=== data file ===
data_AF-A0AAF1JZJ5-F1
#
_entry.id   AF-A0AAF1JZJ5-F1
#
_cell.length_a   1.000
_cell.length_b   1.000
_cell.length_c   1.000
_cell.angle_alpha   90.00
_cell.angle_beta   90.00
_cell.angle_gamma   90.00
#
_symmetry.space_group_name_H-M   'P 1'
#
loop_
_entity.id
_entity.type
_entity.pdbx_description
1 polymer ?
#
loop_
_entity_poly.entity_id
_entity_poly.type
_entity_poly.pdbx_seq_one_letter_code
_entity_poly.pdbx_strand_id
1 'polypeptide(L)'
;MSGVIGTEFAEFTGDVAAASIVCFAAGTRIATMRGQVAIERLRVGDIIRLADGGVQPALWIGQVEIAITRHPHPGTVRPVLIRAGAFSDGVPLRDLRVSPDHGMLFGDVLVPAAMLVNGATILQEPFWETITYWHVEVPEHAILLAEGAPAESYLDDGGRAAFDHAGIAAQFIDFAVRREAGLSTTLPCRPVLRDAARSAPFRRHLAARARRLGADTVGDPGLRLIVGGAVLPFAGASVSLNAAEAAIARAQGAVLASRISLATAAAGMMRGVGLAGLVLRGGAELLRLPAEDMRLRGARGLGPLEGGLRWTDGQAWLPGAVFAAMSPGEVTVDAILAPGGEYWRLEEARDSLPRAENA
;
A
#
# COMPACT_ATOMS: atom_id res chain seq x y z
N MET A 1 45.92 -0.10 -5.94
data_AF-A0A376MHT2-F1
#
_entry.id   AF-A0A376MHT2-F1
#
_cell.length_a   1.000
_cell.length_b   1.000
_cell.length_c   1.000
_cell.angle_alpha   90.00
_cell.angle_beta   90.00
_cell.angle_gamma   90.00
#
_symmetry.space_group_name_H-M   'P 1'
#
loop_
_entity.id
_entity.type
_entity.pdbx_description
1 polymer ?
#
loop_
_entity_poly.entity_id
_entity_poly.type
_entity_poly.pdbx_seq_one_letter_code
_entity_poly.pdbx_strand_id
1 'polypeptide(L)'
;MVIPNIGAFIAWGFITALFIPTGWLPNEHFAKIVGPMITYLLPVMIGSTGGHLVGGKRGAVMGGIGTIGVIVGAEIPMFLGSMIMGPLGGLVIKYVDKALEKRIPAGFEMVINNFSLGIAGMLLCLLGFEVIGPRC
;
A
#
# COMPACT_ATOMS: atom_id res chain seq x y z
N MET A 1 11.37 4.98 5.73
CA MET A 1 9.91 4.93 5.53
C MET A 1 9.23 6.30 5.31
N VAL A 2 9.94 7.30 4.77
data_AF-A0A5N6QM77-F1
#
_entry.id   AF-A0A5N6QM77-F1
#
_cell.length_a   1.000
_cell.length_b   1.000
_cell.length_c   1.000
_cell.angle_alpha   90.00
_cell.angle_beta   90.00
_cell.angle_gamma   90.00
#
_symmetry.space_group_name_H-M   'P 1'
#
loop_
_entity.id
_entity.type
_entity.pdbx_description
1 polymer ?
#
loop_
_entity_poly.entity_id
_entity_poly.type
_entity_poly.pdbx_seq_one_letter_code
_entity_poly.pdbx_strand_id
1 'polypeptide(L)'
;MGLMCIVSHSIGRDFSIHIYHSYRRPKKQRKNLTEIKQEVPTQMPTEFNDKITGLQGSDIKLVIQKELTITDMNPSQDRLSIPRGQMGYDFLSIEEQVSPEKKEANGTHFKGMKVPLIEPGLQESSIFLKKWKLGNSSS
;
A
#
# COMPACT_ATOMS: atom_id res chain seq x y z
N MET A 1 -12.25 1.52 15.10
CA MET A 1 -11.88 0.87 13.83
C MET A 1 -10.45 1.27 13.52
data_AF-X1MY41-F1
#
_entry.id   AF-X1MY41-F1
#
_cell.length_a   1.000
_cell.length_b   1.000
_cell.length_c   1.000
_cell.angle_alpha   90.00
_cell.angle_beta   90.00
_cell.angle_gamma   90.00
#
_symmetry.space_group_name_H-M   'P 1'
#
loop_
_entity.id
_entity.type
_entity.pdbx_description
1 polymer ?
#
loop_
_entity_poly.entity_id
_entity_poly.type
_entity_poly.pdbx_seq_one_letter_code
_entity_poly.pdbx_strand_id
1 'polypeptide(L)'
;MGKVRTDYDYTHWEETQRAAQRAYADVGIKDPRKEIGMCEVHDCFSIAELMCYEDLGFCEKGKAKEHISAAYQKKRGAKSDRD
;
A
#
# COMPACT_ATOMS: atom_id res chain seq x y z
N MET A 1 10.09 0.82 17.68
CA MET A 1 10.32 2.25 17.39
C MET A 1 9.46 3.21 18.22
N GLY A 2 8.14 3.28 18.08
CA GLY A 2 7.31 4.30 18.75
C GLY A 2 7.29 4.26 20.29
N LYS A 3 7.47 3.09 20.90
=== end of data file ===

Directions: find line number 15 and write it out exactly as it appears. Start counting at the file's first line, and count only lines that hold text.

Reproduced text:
_entity.id